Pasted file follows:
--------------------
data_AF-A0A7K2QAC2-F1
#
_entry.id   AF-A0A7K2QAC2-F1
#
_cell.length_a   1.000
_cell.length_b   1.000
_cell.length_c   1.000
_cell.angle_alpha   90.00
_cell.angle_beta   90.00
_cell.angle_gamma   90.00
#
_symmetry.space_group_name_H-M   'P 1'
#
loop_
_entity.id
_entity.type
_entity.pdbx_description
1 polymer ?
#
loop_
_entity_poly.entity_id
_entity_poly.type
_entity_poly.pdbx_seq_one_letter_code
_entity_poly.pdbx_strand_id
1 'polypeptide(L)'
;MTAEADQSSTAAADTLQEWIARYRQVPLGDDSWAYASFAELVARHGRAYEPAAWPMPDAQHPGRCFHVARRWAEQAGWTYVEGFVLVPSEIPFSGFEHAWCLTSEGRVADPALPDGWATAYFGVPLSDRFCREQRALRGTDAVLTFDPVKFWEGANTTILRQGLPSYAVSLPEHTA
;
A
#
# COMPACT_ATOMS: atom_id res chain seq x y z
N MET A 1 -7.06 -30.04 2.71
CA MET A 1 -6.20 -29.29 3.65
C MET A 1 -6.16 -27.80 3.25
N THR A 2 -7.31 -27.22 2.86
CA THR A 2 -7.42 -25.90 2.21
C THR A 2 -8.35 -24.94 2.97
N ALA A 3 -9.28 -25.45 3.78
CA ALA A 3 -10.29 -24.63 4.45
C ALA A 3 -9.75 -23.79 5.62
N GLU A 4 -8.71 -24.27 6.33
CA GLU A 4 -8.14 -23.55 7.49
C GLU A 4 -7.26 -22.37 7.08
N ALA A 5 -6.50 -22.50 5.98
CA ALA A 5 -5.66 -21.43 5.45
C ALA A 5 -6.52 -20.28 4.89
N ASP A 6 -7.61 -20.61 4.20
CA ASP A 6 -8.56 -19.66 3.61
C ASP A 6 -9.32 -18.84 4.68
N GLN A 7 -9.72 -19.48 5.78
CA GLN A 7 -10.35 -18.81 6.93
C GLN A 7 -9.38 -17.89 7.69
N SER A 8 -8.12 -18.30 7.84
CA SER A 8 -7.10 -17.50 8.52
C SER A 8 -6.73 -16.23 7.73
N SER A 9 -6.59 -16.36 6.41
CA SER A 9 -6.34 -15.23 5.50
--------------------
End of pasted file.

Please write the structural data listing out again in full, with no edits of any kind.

data_AF-A0A7K2QAC2-F1
#
_entry.id   AF-A0A7K2QAC2-F1
#
_cell.length_a   1.000
_cell.length_b   1.000
_cell.length_c   1.000
_cell.angle_alpha   90.00
_cell.angle_beta   90.00
_cell.angle_gamma   90.00
#
_symmetry.space_group_name_H-M   'P 1'
#
loop_
_entity.id
_entity.type
_entity.pdbx_description
1 polymer ?
#
loop_
_entity_poly.entity_id
_entity_poly.type
_entity_poly.pdbx_seq_one_letter_code
_entity_poly.pdbx_strand_id
1 'polypeptide(L)'
;MTAEADQSSTAAADTLQEWIARYRQVPLGDDSWAYASFAELVARHGRAYEPAAWPMPDAQHPGRCFHVARRWAEQAGWTYVEGFVLVPSEIPFSGFEHAWCLTSEGRVADPALPDGWATAYFGVPLSDRFCREQRALRGTDAVLTFDPVKFWEGANTTILRQGLPSYAVSLPEHTA
;
A
#
# COMPACT_ATOMS: atom_id res chain seq x y z
N MET A 1 -7.06 -30.04 2.71
CA MET A 1 -6.20 -29.29 3.65
C MET A 1 -6.16 -27.80 3.25
N THR A 2 -7.31 -27.22 2.86
CA THR A 2 -7.42 -25.90 2.21
C THR A 2 -8.35 -24.94 2.97
N ALA A 3 -9.28 -25.45 3.78
CA ALA A 3 -10.29 -24.63 4.45
C ALA A 3 -9.75 -23.79 5.62
N GLU A 4 -8.71 -24.27 6.33
CA GLU A 4 -8.14 -23.55 7.49
C GLU A 4 -7.26 -22.37 7.08
N ALA A 5 -6.50 -22.50 5.98
CA ALA A 5 -5.66 -21.43 5.45
C ALA A 5 -6.52 -20.28 4.89
N ASP A 6 -7.61 -20.61 4.20
CA ASP A 6 -8.56 -19.66 3.61
C ASP A 6 -9.32 -18.84 4.68
N GLN A 7 -9.72 -19.48 5.78
CA GLN A 7 -10.35 -18.81 6.93
C GLN A 7 -9.38 -17.89 7.69
N SER A 8 -8.12 -18.30 7.84
CA SER A 8 -7.10 -17.50 8.52
C SER A 8 -6.73 -16.23 7.73
N SER A 9 -6.59 -16.36 6.41
CA SER A 9 -6.34 -15.23 5.50